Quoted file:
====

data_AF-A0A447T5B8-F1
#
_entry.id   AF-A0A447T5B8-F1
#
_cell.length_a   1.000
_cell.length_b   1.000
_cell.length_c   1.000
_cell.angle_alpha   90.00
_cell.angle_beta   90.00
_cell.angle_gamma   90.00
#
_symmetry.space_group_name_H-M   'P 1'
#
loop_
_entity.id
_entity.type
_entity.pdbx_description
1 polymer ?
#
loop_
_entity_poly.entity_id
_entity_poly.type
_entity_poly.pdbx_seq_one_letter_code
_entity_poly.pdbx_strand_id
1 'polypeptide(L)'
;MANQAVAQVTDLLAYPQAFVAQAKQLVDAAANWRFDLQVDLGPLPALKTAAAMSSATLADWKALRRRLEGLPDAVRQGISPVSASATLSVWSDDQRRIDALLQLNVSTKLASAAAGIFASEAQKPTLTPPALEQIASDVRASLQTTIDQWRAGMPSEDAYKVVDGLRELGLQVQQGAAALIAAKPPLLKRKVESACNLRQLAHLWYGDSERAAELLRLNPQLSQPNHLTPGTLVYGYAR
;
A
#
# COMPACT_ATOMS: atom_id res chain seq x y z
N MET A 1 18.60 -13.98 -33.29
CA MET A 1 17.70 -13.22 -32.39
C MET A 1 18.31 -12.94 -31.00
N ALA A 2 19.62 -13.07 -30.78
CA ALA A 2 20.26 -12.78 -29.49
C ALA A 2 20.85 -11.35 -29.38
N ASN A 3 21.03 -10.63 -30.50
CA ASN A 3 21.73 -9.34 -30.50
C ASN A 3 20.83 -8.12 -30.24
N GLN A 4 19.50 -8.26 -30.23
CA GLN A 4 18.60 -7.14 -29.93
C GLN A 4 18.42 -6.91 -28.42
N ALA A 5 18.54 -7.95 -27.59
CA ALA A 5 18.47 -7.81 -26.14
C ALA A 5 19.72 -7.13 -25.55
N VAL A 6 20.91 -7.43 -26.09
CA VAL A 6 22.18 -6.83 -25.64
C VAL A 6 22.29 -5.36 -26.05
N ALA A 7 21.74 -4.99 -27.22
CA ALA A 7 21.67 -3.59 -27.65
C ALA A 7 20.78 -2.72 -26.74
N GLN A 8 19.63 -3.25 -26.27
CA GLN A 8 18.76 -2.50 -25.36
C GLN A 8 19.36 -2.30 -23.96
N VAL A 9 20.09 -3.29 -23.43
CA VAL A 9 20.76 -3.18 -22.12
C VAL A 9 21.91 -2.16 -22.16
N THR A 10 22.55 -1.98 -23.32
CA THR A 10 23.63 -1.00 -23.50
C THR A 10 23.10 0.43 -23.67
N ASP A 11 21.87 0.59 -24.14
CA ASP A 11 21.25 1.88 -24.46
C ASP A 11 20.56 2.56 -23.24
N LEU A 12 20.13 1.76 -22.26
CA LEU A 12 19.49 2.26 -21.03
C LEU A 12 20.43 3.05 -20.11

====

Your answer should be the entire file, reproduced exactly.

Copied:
data_AF-A0A447T5B8-F1
#
_entry.id   AF-A0A447T5B8-F1
#
_cell.length_a   1.000
_cell.length_b   1.000
_cell.length_c   1.000
_cell.angle_alpha   90.00
_cell.angle_beta   90.00
_cell.angle_gamma   90.00
#
_symmetry.space_group_name_H-M   'P 1'
#
loop_
_entity.id
_entity.type
_entity.pdbx_description
1 polymer ?
#
loop_
_entity_poly.entity_id
_entity_poly.type
_entity_poly.pdbx_seq_one_letter_code
_entity_poly.pdbx_strand_id
1 'polypeptide(L)'
;MANQAVAQVTDLLAYPQAFVAQAKQLVDAAANWRFDLQVDLGPLPALKTAAAMSSATLADWKALRRRLEGLPDAVRQGISPVSASATLSVWSDDQRRIDALLQLNVSTKLASAAAGIFASEAQKPTLTPPALEQIASDVRASLQTTIDQWRAGMPSEDAYKVVDGLRELGLQVQQGAAALIAAKPPLLKRKVESACNLRQLAHLWYGDSERAAELLRLNPQLSQPNHLTPGTLVYGYAR
;
A
#
# COMPACT_ATOMS: atom_id res chain seq x y z
N MET A 1 18.60 -13.98 -33.29
CA MET A 1 17.70 -13.22 -32.39
C MET A 1 18.31 -12.94 -31.00
N ALA A 2 19.62 -13.07 -30.78
CA ALA A 2 20.26 -12.78 -29.49
C ALA A 2 20.85 -11.35 -29.38
N ASN A 3 21.03 -10.63 -30.50
CA ASN A 3 21.73 -9.34 -30.50
C ASN A 3 20.83 -8.12 -30.24
N GLN A 4 19.50 -8.26 -30.23
CA GLN A 4 18.60 -7.14 -29.93
C GLN A 4 18.42 -6.91 -28.42
N ALA A 5 18.54 -7.95 -27.59
CA ALA A 5 18.47 -7.81 -26.14
C ALA A 5 19.72 -7.13 -25.55
N VAL A 6 20.91 -7.43 -26.09
CA VAL A 6 22.18 -6.83 -25.64
C VAL A 6 22.29 -5.36 -26.05
N ALA A 7 21.74 -4.99 -27.22
CA ALA A 7 21.67 -3.59 -27.65
C ALA A 7 20.78 -2.72 -26.74
N GLN A 8 19.63 -3.25 -26.27
CA GLN A 8 18.76 -2.50 -25.36
C GLN A 8 19.36 -2.30 -23.96
N VAL A 9 20.09 -3.29 -23.43
CA VAL A 9 20.76 -3.18 -22.12
C VAL A 9 21.91 -2.16 -22.16
N THR A 10 22.55 -1.98 -23.32
CA THR A 10 23.63 -1.00 -23.50
C THR A 10 23.10 0.43 -23.67
N ASP A 11 21.87 0.59 -24.14
CA ASP A 11 21.25 1.88 -24.46
C ASP A 11 20.56 2.56 -23.24
N LEU A 12 20.13 1.76 -22.26
CA LEU A 12 19.49 2.26 -21.03
C LEU A 12 20.43 3.05 -20.11